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  • Writer's picturePierre Paslier

Interview with Pauric Freeman

GH: We're so curious to find out: who are you, where are you from, and what do you do?

Pauric: My name is Pauric Freeman, I am an interaction designer and new media artist based in Ireland. I work a lot with audio-visual art, visualising sound and data through realtime graphics.

As a freelance designer I work with clients and studios to help build interactive applications and installations, and I’m a part-time lecturer of interactive media at the University of Melbourne in Australia.

"rather than experimenting with film and sound recording technology, I chose to work with synthesizers and generative graphics"

GH: What is the underlying philosophy behind your work?

Pauric: I’m interested in cognition and how we perceive the world around us through our senses. One particular area is that of cross-modal perception, the interaction of two (or more) senses. It happens when we experience any audio-visual medium, be it film, tv, audio-visual art; our brain has a way of merging information from the two senses together into a single event if certain conditions are met.

The brain is surprisingly forgiving in this experience and it’s possible to push it quite far, which is something cinema plays with a lot through foley sound effects, not just using sounds to sonify what's on screen, but as a narrative tool to add value and extend feeling or emotion, or create audio-visual harmony or dissonance.

I was particularly interested in programming and electronic music when I was younger, so rather than experimenting with film and sound recording technology, I chose to work with synthesizers and generative graphics, and over the years I have explored this idea through abstract audio-visual art.

GH: Can you pick an artwork and describe your workflow?

Pauric: This piece is a section of a longer performance I’ve been preparing for an upcoming show. I began with the sound, building a patch on the modular synth that allowed me to play with tension and suspense, and then moving to TouchDesigner to expand it into a visual environment.

Recently I’ve been really into digital aesthetics, moving away from more organic forms trying to create hyper-digital environments that couldn’t exist naturally or in the physical world. I’m really interested in that idea, and it’s something I like to do with sound design too, for example using reverb in ways which couldn’t exist in physical spaces.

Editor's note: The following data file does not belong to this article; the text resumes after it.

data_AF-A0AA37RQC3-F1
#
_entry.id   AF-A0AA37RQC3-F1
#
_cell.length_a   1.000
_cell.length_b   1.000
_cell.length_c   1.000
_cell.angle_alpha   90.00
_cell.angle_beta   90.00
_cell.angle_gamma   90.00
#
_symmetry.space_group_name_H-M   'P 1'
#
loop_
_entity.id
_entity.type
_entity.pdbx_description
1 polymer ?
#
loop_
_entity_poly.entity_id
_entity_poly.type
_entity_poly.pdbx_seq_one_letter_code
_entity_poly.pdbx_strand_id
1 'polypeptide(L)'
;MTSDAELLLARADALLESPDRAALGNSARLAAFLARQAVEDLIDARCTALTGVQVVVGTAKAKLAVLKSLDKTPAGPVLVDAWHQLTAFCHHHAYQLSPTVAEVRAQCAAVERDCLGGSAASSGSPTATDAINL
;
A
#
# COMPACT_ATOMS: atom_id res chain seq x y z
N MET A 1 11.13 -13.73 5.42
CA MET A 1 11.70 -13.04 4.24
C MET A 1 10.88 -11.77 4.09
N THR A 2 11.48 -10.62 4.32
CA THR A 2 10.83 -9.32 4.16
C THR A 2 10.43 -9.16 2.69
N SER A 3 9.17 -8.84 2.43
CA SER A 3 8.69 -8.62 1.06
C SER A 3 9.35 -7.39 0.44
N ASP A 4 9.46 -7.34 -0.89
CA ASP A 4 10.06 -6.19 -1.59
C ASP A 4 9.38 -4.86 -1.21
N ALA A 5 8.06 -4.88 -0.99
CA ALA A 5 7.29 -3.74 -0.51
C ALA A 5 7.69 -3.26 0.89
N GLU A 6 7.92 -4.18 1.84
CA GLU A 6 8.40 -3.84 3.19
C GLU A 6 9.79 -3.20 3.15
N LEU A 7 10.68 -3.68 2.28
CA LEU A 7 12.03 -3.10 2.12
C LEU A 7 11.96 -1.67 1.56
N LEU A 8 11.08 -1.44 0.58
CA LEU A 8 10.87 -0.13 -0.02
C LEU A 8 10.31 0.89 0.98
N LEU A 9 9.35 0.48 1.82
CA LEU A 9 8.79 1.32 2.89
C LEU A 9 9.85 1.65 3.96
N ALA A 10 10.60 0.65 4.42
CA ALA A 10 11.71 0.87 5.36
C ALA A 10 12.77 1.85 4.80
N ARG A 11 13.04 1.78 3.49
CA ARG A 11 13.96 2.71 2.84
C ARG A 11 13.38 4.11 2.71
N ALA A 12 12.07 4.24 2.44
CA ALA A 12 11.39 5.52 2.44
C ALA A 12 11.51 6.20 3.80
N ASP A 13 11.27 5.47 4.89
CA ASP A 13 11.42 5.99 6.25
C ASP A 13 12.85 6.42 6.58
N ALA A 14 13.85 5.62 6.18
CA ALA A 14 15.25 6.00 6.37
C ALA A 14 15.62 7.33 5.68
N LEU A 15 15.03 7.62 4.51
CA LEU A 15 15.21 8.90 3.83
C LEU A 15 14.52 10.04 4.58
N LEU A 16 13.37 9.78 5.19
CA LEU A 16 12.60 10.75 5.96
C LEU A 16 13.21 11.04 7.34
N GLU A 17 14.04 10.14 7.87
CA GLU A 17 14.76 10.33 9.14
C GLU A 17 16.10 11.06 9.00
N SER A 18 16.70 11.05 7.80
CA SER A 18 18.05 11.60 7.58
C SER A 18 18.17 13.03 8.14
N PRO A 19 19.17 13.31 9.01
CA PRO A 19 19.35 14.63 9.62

I input CV and audio data from the modular synth into TouchDesigner using my Expert Sleepers ES-9 module. In TouchDesigner I set some initial rules, usually working with primitive shapes that fit aesthetically with the sound sources, and I use the incoming data from the synth to augment the visuals, complexifying it. There’s usually a good bit of tweaking and processing of data to get a final result that ties in with the overall aesthetic.

GH: Tell us about your setup. Where do you create? What tools do you use?

Pauric: I have a studio in my apartment which I work from. For my audio-visual projects I use TouchDesigner, my modular synth, and Ableton. Other tools I use often on other projects are Unity, Processing, MaxMSP, React for web stuff, and various 3D modelling packages.

I’m using Processing and Max a lot less recently- getting to grips with TouchDesigner a year and a half ago has changed a lot for my workflow. It’s such a great platform; it’s quick for prototyping, gathering data from interactive devices, processing it, working with multiple outputs, and allowing you to expand with different languages like GLSL. It’s been a game changer. For teaching too, I quickly adapted it into the module curriculum and it’s worked out really well, the students are able to get to grips with it quickly and get complex interactions happening in a short space of time.

GH: What's been inspiring you lately?

Pauric: These are more just general inspirations, but the music of Caterina Barbieri, Taylor Deupree & 12K Records, Pan Records, Raster Noton, Tim Hecker, Lee Gamble and UIQ records, Mark Fell’s algorithmic compositions. On that topic, Jacob Sachs-Mishalanie’s Max4Live devices for algorithmic sequencing are very interesting.

In other areas, those working with very digital aesthetics and approaches like Tim Rodenbröker, Zach Liberman, John Burgess, Robert Henke, Weirdcore, Jonathan Zawada, to name a few, and studios like Schultzschultz, Soyun Park’s RGBDog, and Pitch Studios. I’m also really obsessed with Holly Herndon & Mat Dryhurst’s Interdependence podcast too, for discussions on technology and society.

GH: What are you working on next? Pauric: I’m currently working on live visuals for a theatre show called Rescue Annie which will be debuting next month at the Abbey Theatre. It’s about intimacy and autonomy and without giving away too much, it incorporates a lot of interesting audio and visual technologies.

Then at the end of September I will be performing as part of Lightmoves Festival of Screendance here in Ireland. It will be a live AV performance, and I will be supporting Beatrice Dillon whose work I’m a huge fan of so I’m very excited for that. And hopefully lots more live performances once things open up properly, that’s my main focus at the moment.

Pauric Freeman, Dublin, Ireland

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